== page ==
Facebook: Social integration and informal learning experiences

Continuing the theme of using social media, I thought I would give a plug to a project on ‘Enhancing Student Engagement in Curriculum Development’ here at the University of Reading. Amongst other things, the project explores the use of Facebook for student communication, to capture current practice, plans for the future, and staff and student perceptions of limitations and opportunities.

The project, which is funded by the University’s Teaching and Learning Development Fund (TLDF), is directed by Matthew Almond, School Director of Teaching & Learning for Chemistry, Food and Pharmacy, and supported by a student working group, Student Engagement Champion Joy Collier, and Digitally Ready.

A recent study on ‘Facebook, social integration and social learning at university’ illustrates that Faceboook has an important role to play as part of the ‘social glue’ that helps students settle into university life. Students taking part in the study reported that Facebook was used first and foremost for social reasons, not for formal teaching purposes, although it was sometimes used informally for learning purposes.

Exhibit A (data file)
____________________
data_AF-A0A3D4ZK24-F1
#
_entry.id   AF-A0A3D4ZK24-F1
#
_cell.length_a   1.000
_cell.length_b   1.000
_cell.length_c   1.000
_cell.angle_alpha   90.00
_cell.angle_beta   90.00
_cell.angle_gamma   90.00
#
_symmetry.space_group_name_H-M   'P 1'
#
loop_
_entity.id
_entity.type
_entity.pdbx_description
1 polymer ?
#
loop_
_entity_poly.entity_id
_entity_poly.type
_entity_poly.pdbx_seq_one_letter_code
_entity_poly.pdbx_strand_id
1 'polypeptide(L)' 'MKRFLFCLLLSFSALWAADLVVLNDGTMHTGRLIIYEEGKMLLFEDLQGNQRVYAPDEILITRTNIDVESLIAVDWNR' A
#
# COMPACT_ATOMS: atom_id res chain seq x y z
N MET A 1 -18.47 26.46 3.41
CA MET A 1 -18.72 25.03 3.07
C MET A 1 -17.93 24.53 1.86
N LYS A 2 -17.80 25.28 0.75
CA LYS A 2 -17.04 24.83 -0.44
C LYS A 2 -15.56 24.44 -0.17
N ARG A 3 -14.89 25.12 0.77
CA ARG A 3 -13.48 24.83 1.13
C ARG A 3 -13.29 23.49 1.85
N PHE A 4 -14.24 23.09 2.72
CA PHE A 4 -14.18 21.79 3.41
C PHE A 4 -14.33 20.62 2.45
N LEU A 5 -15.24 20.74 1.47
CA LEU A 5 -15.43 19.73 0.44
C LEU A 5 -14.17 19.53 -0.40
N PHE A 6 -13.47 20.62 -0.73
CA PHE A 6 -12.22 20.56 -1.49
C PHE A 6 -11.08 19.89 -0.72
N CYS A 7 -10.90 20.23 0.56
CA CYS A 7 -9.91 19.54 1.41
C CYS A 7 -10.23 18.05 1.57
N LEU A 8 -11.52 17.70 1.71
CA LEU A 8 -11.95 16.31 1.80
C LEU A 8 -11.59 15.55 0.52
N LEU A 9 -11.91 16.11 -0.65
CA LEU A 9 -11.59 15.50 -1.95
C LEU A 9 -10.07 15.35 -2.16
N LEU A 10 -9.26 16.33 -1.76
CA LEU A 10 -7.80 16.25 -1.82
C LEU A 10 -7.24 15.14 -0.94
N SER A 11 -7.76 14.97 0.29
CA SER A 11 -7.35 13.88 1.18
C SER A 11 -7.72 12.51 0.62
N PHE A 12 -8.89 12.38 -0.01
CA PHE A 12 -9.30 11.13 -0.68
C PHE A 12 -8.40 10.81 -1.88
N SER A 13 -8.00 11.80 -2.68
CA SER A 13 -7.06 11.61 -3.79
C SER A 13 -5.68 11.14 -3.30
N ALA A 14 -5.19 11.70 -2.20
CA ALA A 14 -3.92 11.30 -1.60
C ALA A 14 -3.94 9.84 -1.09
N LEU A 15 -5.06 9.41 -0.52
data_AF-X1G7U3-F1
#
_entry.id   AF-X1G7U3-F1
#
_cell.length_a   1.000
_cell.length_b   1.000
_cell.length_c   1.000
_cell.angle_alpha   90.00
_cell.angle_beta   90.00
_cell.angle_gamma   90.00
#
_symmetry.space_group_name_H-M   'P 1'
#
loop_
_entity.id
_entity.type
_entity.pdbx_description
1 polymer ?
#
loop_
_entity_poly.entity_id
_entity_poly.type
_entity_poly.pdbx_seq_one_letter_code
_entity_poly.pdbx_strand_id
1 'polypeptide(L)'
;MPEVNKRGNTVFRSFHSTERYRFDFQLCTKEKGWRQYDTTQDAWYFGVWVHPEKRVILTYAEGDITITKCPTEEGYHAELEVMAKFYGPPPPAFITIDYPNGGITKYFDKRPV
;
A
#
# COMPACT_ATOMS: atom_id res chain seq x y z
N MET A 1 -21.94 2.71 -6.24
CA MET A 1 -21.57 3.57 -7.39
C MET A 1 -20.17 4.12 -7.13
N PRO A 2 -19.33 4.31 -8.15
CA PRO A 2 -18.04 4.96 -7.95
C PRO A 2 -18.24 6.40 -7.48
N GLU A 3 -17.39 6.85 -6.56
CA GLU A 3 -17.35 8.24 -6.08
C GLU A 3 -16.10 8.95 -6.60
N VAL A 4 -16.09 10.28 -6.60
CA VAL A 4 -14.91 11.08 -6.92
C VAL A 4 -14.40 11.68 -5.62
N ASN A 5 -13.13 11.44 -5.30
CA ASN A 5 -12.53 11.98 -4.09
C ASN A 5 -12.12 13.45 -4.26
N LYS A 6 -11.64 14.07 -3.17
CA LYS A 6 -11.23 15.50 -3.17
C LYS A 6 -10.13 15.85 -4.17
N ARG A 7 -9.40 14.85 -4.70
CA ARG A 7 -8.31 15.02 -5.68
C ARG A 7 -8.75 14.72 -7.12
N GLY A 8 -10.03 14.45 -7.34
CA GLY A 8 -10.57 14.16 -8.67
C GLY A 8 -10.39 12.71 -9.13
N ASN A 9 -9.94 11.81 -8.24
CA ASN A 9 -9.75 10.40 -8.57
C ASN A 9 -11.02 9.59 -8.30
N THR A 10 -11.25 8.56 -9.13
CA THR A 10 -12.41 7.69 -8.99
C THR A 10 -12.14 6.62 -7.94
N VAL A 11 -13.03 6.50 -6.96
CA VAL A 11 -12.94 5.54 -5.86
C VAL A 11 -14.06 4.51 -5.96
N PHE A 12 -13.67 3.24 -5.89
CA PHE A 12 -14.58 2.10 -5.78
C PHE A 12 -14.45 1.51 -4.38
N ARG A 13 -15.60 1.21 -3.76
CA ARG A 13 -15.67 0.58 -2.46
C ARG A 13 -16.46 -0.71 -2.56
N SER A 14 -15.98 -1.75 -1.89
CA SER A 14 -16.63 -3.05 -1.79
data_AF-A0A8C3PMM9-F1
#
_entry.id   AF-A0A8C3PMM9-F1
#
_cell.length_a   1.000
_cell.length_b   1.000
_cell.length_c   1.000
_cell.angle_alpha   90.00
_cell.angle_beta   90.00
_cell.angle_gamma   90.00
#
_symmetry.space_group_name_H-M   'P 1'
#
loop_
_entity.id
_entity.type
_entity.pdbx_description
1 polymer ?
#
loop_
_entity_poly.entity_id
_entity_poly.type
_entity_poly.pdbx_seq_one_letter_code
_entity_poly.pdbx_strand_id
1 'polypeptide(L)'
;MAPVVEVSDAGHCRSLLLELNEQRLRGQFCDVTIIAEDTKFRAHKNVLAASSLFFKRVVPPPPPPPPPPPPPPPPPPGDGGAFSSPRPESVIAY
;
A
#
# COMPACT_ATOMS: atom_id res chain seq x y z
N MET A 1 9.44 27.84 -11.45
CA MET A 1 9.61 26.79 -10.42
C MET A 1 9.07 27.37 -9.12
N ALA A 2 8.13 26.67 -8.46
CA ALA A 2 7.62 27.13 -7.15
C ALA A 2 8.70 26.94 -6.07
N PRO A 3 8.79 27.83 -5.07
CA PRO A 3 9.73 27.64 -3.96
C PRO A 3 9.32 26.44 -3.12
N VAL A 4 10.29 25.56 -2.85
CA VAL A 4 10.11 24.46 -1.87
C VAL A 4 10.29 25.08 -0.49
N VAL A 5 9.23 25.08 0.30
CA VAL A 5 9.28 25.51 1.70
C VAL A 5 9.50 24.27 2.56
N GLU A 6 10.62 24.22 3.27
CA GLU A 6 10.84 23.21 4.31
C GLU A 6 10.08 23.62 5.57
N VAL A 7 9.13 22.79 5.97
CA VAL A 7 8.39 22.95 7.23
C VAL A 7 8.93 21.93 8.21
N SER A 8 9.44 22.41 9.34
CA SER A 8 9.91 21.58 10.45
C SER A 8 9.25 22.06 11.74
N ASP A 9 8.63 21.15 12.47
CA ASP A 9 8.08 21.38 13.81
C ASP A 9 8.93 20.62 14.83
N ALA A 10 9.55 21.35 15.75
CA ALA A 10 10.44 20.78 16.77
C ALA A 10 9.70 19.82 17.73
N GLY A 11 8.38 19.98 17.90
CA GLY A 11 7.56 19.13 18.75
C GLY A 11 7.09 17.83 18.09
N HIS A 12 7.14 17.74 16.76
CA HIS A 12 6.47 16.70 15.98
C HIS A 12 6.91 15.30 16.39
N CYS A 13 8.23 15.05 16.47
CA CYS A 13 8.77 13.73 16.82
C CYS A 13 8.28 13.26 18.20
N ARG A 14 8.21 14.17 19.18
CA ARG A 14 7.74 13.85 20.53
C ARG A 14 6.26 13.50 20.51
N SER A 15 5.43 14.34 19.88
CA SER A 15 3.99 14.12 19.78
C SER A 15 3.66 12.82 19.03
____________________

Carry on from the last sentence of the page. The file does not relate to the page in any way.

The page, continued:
Here are some of the research question posed by Philip Smither, one of the students working with Matthew Almond on the curriculum development project at Reading:

  • What is currently happening with regard to the use of Facebook and other social media?
  • What were the motivations/rationale for this?
  • Whose responsibility is it to maintain/upload content to these sites?
  • How successful have these activities been? What is working well/not so well?

Philip says, ‘Recently our department has boomed in student interaction in extra curricular activities with staff using the [Facebook] Classics Society page. Also one of our lecturers has set up a group on Facebook for her class of 24. Within 30 minutes of the group being set up she had 8 students on the page. I feel it’s a medium that can be used in tandem with Blackboard and email.’

In March, after attending a training session on using Twitter on behalf of the university, I compiled a list of ‘official’ social media accounts here at Reading – some 40 Twitter and Facebook pages each at the time, not counting any private accounts or closed groups that staff and students may be using. The curriculum development project should give us a better picture of the ways in which use of these social media sites impact on the student experience at Reading.

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